Pancreatitis: An Overview
Pancreatitis is an inflammation of the pancreas. It can be either acute or chronic, and has several potential causes. Here’s what you need to know about the condition.
Pancreatitis Causes and Risk Factors
Pancreatitis occurs when digestive enzymes are activated while in the pancreas, irritating cells and causing inflammation. It can be acute or chronic. Repetitive acute cases can cause permanent damage to the pancreas and lead to chronic issues.
Some potential causes include gallstones, alcoholism, infections, cystic fibrosis, genetic disorders, obesity, cancer, and abdominal injuries. Acute cases are most often caused by gallstones. Chronic cases are most often a result of heavy alcohol use or genetic disorders.
There are several risk factors for pancreatitis. Heavy alcohol use and smoking are both risk factors. Heavy drinkers- people drinking 4-5+ drinks each day- have an increased risk. Smokers are around 3x more likely to develop the condition, and people who quit smoking decrease their risk by about half.
The most common symptom of pancreatitis is upper abdominal pain that can spread to your back. In acute cases, the pain usually begins in the upper abdomen and sometimes spreads to the back. It can last for a few days and can be mild to severe. People with acute cases may also have a fever and a swollen abdomen, and experience nausea, vomiting, and a fast heartbeat.
In chronic cases, people also usually feel pain in their upper abdomen that sometimes spreads to the back. However, in some cases people may not feel any symptoms if the condition is not advanced. If it does become advanced, the pain can become severe and constant, becoming worse after eating. Other symptoms in these cases can include nausea, vomiting, diarrhea, weight loss, and greasy stools. Severe chronic and acute cases require medical attention.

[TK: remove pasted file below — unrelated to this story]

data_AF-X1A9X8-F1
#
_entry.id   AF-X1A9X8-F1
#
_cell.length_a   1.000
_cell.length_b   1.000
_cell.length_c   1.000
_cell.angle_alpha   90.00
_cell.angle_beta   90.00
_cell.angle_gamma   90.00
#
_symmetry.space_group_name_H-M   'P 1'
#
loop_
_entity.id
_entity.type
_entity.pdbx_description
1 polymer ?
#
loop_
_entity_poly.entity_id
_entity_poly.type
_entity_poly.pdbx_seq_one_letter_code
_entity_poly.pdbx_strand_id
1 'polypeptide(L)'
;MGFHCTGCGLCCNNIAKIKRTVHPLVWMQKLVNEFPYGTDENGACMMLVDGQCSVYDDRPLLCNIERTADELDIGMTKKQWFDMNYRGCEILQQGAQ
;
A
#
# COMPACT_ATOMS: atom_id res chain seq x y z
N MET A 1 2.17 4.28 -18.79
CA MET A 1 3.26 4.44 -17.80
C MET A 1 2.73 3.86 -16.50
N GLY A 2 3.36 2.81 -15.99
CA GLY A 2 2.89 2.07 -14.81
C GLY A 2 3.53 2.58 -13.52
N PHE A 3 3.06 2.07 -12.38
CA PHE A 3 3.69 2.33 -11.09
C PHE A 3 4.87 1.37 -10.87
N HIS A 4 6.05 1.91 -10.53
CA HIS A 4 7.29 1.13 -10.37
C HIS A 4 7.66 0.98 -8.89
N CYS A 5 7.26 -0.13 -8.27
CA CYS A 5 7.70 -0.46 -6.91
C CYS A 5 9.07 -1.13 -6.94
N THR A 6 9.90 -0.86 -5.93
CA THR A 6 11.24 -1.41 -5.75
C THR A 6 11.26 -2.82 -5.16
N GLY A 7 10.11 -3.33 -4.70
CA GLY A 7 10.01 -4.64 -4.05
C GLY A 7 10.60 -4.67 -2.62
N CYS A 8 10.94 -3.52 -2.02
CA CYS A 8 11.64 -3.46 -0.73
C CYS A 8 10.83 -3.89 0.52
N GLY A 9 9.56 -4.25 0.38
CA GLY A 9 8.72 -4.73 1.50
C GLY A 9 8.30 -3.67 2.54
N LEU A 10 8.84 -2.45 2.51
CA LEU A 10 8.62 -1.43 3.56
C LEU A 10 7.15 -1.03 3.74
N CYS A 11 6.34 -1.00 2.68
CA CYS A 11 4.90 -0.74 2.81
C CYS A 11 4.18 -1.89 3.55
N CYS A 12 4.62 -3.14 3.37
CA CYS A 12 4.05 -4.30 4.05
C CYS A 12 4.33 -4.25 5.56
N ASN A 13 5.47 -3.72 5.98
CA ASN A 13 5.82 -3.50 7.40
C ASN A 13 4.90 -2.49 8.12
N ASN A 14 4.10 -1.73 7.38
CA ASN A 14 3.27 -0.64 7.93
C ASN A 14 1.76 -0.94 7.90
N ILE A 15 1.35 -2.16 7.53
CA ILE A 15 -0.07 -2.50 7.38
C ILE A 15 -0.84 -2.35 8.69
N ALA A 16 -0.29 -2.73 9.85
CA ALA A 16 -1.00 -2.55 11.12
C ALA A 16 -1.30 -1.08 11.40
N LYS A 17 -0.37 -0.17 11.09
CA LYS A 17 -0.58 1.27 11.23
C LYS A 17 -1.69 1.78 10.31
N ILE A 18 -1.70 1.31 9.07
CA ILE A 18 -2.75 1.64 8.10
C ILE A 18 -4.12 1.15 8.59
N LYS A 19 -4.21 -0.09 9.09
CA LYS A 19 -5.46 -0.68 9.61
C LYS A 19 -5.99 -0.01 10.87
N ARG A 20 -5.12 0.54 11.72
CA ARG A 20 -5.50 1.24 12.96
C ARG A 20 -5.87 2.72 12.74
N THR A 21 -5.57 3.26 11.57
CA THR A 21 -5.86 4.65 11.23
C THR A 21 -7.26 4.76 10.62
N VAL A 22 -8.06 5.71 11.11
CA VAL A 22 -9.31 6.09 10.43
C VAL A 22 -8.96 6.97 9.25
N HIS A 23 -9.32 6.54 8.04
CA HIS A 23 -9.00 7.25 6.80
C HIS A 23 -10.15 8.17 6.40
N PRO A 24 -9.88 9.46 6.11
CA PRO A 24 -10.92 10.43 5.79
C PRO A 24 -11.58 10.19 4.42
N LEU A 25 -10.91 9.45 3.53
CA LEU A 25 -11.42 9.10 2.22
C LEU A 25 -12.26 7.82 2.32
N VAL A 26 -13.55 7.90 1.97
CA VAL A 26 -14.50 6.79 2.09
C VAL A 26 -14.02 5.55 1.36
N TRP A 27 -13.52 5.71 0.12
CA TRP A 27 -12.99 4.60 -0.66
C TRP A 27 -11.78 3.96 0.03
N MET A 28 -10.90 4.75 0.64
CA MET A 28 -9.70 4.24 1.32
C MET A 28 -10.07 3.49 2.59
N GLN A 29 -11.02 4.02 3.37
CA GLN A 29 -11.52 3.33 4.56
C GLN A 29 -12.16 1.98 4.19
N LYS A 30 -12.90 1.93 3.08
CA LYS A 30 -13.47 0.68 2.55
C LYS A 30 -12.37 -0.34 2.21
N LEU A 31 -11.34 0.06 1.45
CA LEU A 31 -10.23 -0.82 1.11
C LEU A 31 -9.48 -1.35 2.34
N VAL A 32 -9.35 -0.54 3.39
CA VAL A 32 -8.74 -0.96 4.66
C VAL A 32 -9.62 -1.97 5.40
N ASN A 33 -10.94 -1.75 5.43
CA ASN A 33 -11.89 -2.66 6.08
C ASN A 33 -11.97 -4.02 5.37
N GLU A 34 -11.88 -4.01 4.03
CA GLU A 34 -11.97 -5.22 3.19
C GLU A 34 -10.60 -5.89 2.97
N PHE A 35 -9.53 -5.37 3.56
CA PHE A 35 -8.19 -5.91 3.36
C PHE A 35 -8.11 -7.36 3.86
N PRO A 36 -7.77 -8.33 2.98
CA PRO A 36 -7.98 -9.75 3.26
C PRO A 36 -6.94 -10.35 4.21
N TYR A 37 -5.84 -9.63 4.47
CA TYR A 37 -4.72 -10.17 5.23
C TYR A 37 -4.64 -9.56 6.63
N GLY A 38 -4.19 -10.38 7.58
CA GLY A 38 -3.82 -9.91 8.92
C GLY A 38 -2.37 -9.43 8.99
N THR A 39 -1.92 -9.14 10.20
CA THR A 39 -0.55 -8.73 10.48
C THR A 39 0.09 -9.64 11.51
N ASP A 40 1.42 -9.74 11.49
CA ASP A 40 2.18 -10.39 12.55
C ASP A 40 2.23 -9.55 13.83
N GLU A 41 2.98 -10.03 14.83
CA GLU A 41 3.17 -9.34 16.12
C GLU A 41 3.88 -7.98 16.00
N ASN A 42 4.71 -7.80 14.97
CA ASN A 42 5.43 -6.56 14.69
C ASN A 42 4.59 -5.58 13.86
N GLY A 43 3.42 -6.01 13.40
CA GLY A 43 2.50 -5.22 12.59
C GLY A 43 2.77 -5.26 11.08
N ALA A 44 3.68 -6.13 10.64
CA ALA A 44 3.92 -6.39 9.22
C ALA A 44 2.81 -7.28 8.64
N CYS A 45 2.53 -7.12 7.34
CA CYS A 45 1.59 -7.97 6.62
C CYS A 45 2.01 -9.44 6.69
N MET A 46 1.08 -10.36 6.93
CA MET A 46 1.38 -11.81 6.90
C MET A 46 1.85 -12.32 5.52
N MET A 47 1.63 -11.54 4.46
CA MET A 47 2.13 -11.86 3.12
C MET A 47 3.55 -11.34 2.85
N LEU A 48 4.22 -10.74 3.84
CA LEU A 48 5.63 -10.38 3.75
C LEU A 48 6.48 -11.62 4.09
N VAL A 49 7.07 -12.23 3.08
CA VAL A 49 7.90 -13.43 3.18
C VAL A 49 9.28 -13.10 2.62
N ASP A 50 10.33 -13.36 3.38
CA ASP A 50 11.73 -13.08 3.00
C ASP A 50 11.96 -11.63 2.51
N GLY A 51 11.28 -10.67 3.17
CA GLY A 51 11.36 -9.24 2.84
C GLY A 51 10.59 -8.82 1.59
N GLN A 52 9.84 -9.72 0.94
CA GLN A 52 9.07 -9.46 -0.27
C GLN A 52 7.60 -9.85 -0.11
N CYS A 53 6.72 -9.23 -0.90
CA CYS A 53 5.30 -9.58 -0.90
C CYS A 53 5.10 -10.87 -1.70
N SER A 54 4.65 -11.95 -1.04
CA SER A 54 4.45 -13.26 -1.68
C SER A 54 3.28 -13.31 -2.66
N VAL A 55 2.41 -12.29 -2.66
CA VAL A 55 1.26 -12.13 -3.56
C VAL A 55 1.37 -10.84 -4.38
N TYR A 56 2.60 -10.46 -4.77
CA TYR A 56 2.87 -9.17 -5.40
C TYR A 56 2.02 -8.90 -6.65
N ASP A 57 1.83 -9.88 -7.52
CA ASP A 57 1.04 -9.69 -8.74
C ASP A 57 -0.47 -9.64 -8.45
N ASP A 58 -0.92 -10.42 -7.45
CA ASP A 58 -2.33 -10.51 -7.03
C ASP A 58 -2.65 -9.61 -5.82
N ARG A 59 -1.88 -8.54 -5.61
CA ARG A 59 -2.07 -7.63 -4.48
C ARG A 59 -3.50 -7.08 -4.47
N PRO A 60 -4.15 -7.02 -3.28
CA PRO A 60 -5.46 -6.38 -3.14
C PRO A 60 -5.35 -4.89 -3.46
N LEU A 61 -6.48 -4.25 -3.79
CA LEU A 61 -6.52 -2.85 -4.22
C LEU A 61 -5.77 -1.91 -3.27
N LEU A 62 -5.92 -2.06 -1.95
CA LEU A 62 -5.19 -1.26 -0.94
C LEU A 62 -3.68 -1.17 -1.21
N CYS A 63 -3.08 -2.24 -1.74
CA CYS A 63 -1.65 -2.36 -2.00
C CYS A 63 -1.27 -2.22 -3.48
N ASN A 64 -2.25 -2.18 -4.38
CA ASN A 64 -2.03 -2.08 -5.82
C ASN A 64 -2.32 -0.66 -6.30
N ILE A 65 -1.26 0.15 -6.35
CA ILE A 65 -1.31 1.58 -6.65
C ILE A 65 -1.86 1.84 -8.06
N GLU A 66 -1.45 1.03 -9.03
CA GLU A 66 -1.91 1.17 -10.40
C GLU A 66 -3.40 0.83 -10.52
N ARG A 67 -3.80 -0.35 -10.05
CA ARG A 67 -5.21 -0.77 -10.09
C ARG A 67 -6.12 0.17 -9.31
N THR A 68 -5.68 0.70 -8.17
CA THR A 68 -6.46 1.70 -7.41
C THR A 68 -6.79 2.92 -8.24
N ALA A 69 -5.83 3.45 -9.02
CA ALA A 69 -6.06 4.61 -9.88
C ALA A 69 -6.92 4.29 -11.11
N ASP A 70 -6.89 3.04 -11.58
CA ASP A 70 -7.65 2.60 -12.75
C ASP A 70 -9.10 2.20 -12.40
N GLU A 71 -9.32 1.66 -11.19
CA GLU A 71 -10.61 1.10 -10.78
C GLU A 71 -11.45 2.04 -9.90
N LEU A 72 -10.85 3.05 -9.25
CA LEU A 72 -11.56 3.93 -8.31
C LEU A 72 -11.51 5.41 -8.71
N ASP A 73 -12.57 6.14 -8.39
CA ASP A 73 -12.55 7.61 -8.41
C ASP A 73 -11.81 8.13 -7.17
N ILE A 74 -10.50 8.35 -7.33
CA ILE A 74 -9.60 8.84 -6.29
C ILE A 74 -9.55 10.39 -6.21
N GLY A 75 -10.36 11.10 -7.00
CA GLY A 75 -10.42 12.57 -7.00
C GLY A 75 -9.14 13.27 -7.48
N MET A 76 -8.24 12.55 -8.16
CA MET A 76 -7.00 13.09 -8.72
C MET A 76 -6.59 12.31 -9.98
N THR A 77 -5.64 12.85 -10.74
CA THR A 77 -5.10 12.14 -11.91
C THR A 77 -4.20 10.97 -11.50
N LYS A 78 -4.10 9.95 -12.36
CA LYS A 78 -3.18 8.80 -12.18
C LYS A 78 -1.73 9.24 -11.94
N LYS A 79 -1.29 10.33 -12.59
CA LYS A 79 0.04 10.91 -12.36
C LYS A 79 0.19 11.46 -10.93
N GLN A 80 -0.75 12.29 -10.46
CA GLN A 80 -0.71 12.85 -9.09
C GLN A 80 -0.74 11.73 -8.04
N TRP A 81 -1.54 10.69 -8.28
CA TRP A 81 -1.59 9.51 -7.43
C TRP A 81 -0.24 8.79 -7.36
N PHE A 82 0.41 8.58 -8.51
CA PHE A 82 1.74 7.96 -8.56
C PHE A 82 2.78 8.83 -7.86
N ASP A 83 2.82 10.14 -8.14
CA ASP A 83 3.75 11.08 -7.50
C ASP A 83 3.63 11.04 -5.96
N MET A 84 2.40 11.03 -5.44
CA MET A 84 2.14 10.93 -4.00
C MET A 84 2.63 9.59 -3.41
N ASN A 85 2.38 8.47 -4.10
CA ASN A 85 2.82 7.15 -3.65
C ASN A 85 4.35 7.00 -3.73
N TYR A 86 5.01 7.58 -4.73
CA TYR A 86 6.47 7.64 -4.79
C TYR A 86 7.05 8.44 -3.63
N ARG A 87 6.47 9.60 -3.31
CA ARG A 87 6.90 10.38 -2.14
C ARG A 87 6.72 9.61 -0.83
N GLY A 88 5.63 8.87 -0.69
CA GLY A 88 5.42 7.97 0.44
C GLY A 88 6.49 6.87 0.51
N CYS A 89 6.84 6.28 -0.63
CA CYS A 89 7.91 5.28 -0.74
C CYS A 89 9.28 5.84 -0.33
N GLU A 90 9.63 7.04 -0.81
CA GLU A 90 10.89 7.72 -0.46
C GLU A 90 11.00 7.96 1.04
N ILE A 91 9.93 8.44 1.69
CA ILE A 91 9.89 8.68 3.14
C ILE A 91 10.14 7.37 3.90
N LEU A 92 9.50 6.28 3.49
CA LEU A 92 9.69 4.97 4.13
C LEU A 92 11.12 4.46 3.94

An array of tests can help diagnose pancreatitis. Doctors often use blood tests to check for elevated pancreatic enzyme levels. In chronic cases, stool tests can help identify high levels of fat that indicate malabsorption. Plus, CT scans and abdominal ultrasounds can identify gallstones and the amount of pancreatic inflammation. MRIs can also look for issues in the pancreas, gallbladder, and ducts. Also, doctors can use endoscopic ultrasounds to identify blockages and inflammation in the pancreatic or bile ducts.
Treatment and Prevention
Treating pancreatitis usually begins with a few steps in the hospital. Usually, patients fast for a few days to rest the pancreas. Doctors may place an IV to prevent or treat dehydration. Medications can help with pain as well.
After these initial steps, doctors work to treat the underlying cause of pancreatitis. Sometimes, this can mean gallbladder surgery to remove the gallbladder if gallstones are a factor. In other cases, it may mean surgery on the pancreas to drain fluid or remove diseased tissue. An ERCP can help diagnose and treat causes like bile and pancreatic duct problems as well.
If heavy alcohol use is a factor, reducing alcohol consumption is an important step to prevent serious complications. Additionally, in chronic cases of pancreatitis, ongoing pain management may be necessary. This can include a combination of medications, surgery, and endoscopic ultrasounds to relieve pain. Also, dietary changes (pursuing low-fat, high-nutrient diets) can also help in chronic cases.
Our experienced team at GHP has years of experience treating conditions including pancreatitis. We can help establish the best plan of care for your situation. Contact any of our office locations to learn about the options we offer and schedule an appointment today.